Trump plans to form leadership PAC in bid to hold influence over GOP

President TrumpDonald TrumpSacha Baron Cohen calls out 'danger of lies, hate and conspiracies' in Golden Globes speech Sorkin uses Abbie Hoffman quote to condemn Capitol violence: Democracy is 'something you do' Ex-Trump aide Pierson planning run for Congress MORE is planning to form a leadership PAC as he looks to retain influence in the GOP after he leaves office. 

Tim Murtaugh, a spokesperson for Trump’s campaign, said that the plan is not a recent development. But with President-elect Joe BidenJoe BidenBiden offers support to union organizing efforts Senate Democrats nix 'Plan B' on minimum wage hike Kavanaugh dismays conservatives by dodging pro-Trump election lawsuits MORE’s victory in the 2020 presidential race, a leadership PAC could help Trump hold on to his status as a Republican kingmaker in the years to come, allowing him to help finance GOP candidates and causes aligned with his interests.

“The president always planned to do this, win or lose, so he can support candidates and issues he cares about, such as combating voter fraud,” Murtaugh said in a statement.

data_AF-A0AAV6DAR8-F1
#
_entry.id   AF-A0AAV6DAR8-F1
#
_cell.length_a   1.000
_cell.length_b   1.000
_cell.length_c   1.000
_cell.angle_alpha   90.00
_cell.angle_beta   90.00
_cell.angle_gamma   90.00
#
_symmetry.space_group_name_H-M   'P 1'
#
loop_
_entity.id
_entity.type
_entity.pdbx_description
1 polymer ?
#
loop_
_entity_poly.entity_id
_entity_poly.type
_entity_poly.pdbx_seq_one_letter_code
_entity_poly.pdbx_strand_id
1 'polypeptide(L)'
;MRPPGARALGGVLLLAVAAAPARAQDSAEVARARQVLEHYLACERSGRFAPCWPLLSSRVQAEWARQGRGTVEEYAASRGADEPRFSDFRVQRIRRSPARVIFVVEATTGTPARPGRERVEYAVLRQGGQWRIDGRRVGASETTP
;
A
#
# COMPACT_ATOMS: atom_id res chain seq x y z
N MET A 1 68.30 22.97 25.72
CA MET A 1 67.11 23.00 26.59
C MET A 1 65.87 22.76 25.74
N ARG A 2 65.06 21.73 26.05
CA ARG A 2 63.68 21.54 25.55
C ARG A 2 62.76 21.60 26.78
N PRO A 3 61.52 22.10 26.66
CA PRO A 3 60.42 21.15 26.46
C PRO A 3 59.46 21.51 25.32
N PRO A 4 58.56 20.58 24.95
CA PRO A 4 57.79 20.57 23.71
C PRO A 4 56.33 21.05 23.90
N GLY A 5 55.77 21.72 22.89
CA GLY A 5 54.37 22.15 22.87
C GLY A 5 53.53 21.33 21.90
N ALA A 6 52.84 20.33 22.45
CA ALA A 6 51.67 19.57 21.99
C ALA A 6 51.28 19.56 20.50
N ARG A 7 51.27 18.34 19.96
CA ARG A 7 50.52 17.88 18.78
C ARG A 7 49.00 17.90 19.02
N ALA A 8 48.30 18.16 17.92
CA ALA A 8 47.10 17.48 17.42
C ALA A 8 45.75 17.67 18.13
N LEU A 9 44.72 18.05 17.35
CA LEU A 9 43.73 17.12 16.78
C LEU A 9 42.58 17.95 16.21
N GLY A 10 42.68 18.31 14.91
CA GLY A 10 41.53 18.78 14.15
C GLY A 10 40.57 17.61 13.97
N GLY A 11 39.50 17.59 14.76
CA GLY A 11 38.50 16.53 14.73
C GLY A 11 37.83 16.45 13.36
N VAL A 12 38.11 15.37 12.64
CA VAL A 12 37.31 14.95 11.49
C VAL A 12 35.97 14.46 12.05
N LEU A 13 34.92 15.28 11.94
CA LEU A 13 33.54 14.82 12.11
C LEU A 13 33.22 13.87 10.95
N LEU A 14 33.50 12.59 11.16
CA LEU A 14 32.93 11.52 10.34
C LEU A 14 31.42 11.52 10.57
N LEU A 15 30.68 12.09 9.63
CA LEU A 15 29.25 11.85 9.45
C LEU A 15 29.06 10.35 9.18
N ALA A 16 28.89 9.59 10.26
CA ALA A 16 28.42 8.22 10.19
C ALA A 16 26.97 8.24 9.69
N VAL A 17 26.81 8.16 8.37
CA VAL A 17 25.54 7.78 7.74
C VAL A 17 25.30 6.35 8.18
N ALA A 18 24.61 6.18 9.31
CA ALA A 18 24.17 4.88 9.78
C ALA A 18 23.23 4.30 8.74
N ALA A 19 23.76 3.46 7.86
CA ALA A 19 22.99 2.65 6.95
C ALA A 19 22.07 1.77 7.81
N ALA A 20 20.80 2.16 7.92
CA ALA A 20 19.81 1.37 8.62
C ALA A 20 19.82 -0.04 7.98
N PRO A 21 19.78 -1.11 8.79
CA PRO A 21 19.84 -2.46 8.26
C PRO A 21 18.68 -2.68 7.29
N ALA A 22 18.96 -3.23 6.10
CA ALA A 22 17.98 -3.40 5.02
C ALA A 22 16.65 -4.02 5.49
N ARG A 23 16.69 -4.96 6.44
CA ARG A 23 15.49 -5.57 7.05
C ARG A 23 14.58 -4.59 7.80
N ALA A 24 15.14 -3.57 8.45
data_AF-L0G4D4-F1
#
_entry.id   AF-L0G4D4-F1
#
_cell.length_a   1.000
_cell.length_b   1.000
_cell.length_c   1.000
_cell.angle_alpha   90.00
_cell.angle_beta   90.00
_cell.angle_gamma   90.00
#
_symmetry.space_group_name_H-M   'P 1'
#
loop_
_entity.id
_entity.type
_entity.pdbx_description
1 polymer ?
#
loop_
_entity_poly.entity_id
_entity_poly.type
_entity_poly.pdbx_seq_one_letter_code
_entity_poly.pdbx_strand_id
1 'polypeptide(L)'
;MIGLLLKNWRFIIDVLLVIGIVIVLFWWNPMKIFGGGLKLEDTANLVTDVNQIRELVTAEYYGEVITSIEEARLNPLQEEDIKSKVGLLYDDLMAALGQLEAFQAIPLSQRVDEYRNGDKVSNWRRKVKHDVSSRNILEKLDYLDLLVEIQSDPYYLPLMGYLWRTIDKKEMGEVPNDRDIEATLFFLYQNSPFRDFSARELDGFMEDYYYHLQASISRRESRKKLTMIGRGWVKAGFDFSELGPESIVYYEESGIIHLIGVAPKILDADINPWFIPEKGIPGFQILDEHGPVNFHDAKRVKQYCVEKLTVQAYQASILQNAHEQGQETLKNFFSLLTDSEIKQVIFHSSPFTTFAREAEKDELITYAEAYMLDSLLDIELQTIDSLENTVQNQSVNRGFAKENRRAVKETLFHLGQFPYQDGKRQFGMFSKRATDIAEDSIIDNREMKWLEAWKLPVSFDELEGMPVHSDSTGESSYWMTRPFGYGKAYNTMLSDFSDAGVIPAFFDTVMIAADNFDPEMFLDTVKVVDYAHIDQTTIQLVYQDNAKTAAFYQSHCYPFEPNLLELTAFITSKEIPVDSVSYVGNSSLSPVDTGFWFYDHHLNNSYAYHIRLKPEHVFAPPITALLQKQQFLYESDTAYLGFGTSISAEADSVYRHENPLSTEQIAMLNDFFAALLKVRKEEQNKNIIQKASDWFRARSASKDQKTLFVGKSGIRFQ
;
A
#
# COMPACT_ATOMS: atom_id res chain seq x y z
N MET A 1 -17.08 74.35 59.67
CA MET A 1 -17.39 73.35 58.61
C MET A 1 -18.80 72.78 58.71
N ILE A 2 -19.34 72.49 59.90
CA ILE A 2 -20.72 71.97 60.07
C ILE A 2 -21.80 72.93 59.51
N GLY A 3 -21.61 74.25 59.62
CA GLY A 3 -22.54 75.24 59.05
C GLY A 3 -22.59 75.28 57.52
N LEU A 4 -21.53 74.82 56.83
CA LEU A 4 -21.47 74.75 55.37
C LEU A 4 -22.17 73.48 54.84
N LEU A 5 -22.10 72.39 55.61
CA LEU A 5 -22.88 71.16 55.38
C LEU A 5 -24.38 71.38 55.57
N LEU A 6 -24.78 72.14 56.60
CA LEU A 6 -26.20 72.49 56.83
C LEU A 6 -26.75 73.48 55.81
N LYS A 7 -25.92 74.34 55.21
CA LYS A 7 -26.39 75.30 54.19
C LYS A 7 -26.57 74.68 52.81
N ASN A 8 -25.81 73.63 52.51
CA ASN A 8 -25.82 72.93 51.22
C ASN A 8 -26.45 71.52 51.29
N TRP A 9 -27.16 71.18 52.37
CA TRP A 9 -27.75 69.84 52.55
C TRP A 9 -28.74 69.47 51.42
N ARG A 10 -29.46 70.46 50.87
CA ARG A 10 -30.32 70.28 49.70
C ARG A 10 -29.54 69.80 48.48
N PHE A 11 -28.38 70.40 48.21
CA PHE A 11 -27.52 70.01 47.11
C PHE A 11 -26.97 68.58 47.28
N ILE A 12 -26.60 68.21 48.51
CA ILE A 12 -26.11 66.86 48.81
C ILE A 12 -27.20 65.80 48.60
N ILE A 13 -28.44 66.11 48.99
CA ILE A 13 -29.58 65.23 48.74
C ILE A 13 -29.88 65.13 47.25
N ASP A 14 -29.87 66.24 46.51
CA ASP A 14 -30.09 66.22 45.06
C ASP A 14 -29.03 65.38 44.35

Donors can contribute up to $5,000 a year to a leadership PAC, far less than what individuals can give to joint fundraising committees like the one established by Trump, the Republican National Committee and various state parties.

But such leadership PACs can accept contributions from an unlimited number of individuals, as well as other PACs. 

Trump has not yet conceded the presidential race to Biden, despite growing vote deficits in a handful of uncalled battleground states. Instead, he has alleged without evidence that widespread fraud and irregularities deprived him of a win, and his campaign has begun moving forward with legal challenges to contest the outcome of the election in several states.

Biden, meanwhile, is making preparations for a presidential transition in January. 

A leadership PAC could give Trump considerable influence ahead of the 2022 midterm elections and the 2024 presidential race. His allies have also floated the possibility of Trump mounting another White House bid in 2024.

Sen. Lindsey GrahamLindsey Olin GrahamPortman on Trump's dominance of GOP: Republican Party's policies are 'even more popular' Overnight Defense: Biden sends message with Syria airstrike | US intel points to Saudi crown prince in Khashoggi killing | Pentagon launches civilian-led sexual assault commission Graham: Trump will 'be helpful' to all Senate GOP incumbents MORE (R-S.C.), one of the president’s most prominent allies in the Senate, said on Monday that Trump should "not let his movement die" and should "consider running again."

"I would encourage him to think about doing it," Graham told Fox News Radio’s Brian Kilmeade, adding that Trump should "create an organization, platforms over the next four years to keep his movement alive."